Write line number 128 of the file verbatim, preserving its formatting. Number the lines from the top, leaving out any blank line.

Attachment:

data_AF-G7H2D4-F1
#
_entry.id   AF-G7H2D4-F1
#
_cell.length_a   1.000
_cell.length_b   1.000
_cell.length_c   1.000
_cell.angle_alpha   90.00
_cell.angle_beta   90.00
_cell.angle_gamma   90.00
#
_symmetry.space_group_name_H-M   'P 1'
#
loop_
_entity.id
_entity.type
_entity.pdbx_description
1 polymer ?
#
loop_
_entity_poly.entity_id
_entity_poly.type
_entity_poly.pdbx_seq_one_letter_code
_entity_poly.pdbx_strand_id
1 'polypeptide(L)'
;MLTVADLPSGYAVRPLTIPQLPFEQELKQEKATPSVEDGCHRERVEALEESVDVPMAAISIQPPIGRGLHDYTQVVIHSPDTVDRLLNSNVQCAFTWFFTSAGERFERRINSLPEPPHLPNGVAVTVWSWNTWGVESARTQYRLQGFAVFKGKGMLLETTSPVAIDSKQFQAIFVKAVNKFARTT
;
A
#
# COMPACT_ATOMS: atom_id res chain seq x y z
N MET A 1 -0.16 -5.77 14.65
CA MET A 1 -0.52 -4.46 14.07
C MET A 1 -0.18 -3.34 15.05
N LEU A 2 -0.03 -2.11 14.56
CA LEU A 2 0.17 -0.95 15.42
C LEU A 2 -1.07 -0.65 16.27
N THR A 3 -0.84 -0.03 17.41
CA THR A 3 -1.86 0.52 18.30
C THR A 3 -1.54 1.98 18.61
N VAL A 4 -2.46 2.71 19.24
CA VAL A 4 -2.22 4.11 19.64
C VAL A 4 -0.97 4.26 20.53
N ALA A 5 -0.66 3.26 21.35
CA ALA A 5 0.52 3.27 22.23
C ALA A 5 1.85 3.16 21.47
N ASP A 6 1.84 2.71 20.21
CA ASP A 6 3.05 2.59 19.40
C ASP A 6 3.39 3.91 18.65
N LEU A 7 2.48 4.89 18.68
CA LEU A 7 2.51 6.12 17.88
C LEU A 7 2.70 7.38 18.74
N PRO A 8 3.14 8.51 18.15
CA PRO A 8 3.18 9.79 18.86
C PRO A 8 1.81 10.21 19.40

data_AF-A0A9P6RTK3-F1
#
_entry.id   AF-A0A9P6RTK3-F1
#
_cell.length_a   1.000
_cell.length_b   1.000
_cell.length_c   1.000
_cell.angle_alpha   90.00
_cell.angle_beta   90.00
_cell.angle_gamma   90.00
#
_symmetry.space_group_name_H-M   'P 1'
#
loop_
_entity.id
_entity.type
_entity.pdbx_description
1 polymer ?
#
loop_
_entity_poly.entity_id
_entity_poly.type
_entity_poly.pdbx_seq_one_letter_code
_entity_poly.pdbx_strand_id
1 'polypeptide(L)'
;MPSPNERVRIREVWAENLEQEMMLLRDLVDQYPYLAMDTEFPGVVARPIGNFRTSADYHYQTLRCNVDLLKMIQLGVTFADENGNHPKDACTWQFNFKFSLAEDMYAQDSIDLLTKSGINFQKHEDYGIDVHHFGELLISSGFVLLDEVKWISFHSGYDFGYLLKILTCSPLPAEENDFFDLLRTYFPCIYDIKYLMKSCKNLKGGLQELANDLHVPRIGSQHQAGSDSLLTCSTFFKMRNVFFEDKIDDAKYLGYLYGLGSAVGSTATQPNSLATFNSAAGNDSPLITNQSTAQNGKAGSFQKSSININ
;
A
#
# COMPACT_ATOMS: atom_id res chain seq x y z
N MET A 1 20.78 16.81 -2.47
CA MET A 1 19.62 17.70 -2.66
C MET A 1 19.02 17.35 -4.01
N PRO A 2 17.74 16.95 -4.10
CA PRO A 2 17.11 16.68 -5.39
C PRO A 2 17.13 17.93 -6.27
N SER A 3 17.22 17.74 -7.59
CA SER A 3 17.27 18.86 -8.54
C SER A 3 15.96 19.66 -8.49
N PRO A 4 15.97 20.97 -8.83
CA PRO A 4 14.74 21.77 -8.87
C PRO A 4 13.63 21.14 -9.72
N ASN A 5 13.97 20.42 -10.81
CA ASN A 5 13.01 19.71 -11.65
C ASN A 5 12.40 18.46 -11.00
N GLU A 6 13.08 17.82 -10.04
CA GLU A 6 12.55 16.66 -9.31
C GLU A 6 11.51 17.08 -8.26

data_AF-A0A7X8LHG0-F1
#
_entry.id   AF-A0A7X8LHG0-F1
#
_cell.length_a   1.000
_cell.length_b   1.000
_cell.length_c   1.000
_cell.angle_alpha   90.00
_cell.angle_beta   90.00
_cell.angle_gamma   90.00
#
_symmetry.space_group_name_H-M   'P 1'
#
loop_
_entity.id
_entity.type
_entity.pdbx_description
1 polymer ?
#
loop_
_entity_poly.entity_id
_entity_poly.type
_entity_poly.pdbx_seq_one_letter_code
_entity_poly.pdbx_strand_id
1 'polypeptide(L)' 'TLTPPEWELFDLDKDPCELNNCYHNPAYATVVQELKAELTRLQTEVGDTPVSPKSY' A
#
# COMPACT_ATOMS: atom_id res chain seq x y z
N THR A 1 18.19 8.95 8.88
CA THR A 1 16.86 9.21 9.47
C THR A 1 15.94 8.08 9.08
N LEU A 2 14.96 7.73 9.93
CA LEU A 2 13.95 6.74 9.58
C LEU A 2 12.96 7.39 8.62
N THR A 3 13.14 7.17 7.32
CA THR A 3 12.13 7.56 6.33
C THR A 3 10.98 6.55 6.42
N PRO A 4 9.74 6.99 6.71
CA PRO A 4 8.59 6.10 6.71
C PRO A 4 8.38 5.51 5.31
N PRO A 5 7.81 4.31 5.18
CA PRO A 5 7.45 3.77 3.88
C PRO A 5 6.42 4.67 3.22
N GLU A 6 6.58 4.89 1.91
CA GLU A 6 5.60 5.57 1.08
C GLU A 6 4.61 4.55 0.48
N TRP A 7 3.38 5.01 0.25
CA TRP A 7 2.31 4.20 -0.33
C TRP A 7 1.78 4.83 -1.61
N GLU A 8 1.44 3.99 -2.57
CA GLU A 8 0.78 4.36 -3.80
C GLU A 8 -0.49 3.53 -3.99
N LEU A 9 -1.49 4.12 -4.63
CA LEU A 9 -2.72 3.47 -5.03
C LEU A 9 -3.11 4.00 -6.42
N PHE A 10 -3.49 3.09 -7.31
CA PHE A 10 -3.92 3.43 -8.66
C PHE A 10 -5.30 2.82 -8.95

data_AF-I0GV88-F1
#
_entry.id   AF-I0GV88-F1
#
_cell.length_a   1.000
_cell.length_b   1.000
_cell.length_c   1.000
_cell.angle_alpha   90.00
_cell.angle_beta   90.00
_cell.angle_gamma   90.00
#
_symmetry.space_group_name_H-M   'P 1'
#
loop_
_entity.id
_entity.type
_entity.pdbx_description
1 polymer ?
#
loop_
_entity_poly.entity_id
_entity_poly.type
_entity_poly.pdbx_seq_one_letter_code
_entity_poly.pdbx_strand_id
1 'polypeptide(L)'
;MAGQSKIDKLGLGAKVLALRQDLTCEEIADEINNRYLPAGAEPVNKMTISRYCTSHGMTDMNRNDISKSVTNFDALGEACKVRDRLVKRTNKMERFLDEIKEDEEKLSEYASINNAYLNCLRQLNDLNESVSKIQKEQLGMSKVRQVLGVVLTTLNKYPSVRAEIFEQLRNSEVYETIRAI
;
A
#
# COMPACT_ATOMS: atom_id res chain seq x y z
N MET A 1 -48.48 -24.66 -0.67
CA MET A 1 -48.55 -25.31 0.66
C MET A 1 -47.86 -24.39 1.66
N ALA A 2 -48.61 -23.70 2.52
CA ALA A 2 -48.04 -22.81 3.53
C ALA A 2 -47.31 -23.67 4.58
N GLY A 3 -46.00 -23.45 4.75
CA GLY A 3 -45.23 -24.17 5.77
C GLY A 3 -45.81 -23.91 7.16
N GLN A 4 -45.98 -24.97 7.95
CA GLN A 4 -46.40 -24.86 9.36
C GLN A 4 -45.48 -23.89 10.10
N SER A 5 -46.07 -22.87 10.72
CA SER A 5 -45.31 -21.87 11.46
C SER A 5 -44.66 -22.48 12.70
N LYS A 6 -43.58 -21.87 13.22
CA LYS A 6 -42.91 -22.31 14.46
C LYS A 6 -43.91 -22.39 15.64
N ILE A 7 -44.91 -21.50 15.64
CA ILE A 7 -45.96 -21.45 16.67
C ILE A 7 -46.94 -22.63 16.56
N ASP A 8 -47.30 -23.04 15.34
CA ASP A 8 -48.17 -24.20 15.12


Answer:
#